Just launching isn’t enough.  Recognition is not a Popeil rotisserie.

Top 2 Reasons (IMHO)

I am convinced that one of the causes for lack of engagement even with the increase in programs is that companies are not getting what they need from their suppliers.  The data from the same World at Work study also show that while  9 out of 10 companies use recognition only 1 out of 10 provide training on how to do recognition right.  In addition, the vast majority of communication within a program is via email and internet.

Training is a MUST HAVE. And I don’t mean training on how to click a button or where to put your mouse – I’m talking about training on what IS recognition.  How is it received – how is it given – what is the psychological underpinnings of why it works and why it is “human.”  I am almost of the opinion I could train a company on recognition and never give out one award or install any software and get better results than some of the recent software solutions out there.  I really think I could.

Communication is also a key element of the training and the ongoing effectiveness of the program.  If you’re like me – I’m overwhelmed with email so using email may not be the best way to communicate.  At least not exclusively.  I get that email is efficient – just not as effective.  Communication must be more targeted, more focused, more “human.”  Have you tried combining human and electronic communication?  You might be surprised at the result.

The bottom line is that “having” a recognition program does not generate engagement.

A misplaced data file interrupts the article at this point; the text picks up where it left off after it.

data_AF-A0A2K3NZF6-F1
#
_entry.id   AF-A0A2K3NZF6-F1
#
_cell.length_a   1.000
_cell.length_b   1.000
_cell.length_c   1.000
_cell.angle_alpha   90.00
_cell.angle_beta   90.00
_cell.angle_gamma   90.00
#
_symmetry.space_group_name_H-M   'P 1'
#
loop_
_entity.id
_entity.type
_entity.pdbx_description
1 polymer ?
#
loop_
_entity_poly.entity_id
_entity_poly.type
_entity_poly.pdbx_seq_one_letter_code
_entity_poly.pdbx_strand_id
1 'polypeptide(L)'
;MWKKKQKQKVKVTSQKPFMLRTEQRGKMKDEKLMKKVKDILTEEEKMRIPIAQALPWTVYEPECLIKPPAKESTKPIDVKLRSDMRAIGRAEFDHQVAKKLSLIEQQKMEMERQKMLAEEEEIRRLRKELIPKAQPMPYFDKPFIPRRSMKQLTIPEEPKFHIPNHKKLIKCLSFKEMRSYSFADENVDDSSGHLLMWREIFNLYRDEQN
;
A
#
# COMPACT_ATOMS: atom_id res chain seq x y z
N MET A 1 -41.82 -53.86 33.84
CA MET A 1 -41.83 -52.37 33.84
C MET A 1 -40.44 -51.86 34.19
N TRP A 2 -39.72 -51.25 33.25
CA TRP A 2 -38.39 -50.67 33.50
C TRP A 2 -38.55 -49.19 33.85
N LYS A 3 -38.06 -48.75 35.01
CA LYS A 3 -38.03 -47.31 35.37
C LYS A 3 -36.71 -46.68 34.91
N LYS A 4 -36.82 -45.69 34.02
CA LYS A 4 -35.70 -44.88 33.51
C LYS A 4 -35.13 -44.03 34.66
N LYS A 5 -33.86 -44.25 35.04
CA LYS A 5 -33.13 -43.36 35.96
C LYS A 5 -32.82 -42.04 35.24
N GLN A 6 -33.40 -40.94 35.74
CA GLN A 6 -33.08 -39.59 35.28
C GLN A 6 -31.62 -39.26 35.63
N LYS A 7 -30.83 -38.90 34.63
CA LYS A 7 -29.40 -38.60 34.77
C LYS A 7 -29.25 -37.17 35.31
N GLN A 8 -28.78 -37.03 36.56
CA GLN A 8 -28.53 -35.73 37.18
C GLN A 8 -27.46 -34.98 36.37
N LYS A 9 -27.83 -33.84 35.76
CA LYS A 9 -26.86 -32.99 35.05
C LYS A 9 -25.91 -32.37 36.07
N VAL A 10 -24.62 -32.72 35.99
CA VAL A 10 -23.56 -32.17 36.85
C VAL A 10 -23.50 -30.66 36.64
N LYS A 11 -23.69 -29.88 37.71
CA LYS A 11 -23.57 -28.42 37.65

Having a well-designed program will.

Hi…I’m Paul Hebert – and I do design.  Let’s chat before you launch.


7 Responses to “Employee Engagement – Who to Blame for Low Numbers?”

  1. […] the whole post over at Paul’s home, Symbolist. (an FOT contributor […]

  2. […] Paul Hebert inquires Employee Engagement – Who to Blame for Low Numbers?: Employee engagement is at all-time lows, and spending on employee engagement is at all-time highs. What’s the deal? Paul has some answers.  Read More. […]

  3. […] Paul Hebert inquires Employee Engagement – Who to Blame for Low Numbers?: Employee engagement is at all-time lows, and spending on employee engagement is at all-time highs. What’s the deal? Paul has some answers.  Read More. […]

  4. Visibility Software says:

    I like how you said “Communication must be more targeted, more focused, more “human.””. So many times you see companies only sending a congratulatory email or a name on a plaque. Who wants that anymore? I would rather have someone come and personally congratulate me for my hard work. In saying that though, what would you suggest for a boss that manages a virtual workforce?

  5. Symbolist says:

    […] Employee Engagement – Who to Blame for Low Numbers? (symbolist.com) […]

  6. Symbolist says:

    […] Employee Engagement – Who to Blame for Low Numbers? (symbolist.com) […]